Basic Investing for Beginners

Investing money is a vast, complicated ordeal that requires substantial knowledge and practice, whether you’re intending to buy and sell stock, build and rent out office space or invest in a retirement savings program. Because of this complexity, taking your first steps on the road to successful investing can seem daunting; however, every hopeful investor can benefit from understanding these basic ideas.

What is investing?

Basically defined, investing is putting money into something (referred to as an “investment vehicle”) that will bring you more money in the future. There are many investment vehicles, such as buying stocks or raising livestock, but they all are made with the same intention: some money goes in, more money comes back.

Also, you must invest with the knowledge that any investment comes with a certain degree of risk and could end in the loss of the “principal,” or the money that you put in.

Chart your course

The Securities and Exchange Commission suggests that before choosing investments, it is best to figure out your goals. In particular, you should decide what financial goals you want to achieve, decide which goals are most important and, finally, decide how long you have to meet each goal. For example, if you have a new baby and want to save for that child’s college fund, it would be a more immediate goal than your retirement fund, so investments toward college would have a time frame of about 18 years.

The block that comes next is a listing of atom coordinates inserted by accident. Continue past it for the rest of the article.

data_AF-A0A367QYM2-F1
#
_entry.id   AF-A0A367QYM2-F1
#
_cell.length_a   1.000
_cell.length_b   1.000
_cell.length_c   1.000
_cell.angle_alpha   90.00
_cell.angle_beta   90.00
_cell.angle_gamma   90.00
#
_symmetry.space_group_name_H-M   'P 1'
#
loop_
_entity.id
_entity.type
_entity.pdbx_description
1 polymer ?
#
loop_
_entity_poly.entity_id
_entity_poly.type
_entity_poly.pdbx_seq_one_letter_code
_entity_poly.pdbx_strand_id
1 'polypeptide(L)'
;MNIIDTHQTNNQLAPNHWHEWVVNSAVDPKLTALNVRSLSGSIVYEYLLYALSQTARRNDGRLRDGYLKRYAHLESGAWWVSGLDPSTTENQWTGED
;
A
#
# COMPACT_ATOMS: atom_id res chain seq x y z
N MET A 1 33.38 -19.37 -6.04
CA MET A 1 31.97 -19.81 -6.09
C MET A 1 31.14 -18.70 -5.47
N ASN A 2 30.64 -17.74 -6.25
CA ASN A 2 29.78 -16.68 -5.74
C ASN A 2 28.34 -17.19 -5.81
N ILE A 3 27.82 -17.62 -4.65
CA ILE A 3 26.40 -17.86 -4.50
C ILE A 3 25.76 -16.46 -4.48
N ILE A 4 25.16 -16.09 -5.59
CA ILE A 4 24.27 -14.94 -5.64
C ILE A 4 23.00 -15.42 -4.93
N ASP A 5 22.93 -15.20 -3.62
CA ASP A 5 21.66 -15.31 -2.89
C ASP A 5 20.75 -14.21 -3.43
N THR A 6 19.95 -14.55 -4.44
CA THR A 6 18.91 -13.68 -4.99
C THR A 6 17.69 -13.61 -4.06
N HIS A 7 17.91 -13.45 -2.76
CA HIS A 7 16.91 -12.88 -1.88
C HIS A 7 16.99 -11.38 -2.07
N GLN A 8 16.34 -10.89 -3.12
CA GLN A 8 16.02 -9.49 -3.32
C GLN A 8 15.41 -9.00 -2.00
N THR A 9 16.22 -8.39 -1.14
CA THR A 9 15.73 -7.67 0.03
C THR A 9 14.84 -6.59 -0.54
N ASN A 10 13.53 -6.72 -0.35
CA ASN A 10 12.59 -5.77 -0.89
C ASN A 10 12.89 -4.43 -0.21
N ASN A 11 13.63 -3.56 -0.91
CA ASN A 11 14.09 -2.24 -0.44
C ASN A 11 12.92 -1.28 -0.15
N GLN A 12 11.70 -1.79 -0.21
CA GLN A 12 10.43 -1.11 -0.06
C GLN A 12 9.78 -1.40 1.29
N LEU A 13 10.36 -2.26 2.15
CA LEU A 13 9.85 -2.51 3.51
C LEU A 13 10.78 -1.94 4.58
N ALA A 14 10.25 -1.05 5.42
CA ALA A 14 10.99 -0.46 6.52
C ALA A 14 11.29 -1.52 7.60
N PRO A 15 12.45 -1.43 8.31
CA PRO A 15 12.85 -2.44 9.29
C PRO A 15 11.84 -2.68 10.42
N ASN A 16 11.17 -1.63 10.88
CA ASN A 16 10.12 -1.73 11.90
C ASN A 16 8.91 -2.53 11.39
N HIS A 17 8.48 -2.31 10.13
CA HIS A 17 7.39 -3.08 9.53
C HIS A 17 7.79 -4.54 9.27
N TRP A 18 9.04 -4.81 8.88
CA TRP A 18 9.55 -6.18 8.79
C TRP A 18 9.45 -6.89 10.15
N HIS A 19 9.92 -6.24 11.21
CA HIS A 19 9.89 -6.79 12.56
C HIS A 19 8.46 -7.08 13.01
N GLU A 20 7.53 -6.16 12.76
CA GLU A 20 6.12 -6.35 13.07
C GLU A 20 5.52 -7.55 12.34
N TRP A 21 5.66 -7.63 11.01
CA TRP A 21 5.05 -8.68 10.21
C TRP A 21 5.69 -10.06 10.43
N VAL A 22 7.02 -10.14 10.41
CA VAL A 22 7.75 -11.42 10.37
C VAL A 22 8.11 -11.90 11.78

The SEC also suggests that you pay off any credit card or other high-interest debt before investing, pointing out that almost no investments can counter a bill with an 18 percent interest rate.

Choosing investment vehicles

There are many vehicles in which to invest, so keep in mind a few general guidelines.

First, correctly gauge your risk tolerance. Investopedia recommends thinking about risk in terms of when you will need the money — a person in their 20s or 30s saving for retirement can take significantly riskier investments than someone doing so in their 60s. To put it another way, as the goal gets closer, you should ideally partake in fewer risky investments.

To alleviate some of this risk, and to compensate for the fact that investments hold some inherent risk no matter the vehicle, the SEC tells investors to diversify their investments, using the old adage, “Don’t put all your eggs in one basket.” The idea is that if one investment should fail, the others can make up for the loss.

Both Investopedia and the SEC stress that any new investor should thoroughly understand the risks of any investment before contributing any money, as well as any fees associated with buying, selling or holding onto the investment.

From here, investing your money intelligently will involve researching several of the many different investment vehicles and doling out money. However, armed with these basic tools and guidelines, you are much better-equipped to make good decisions on sound investments.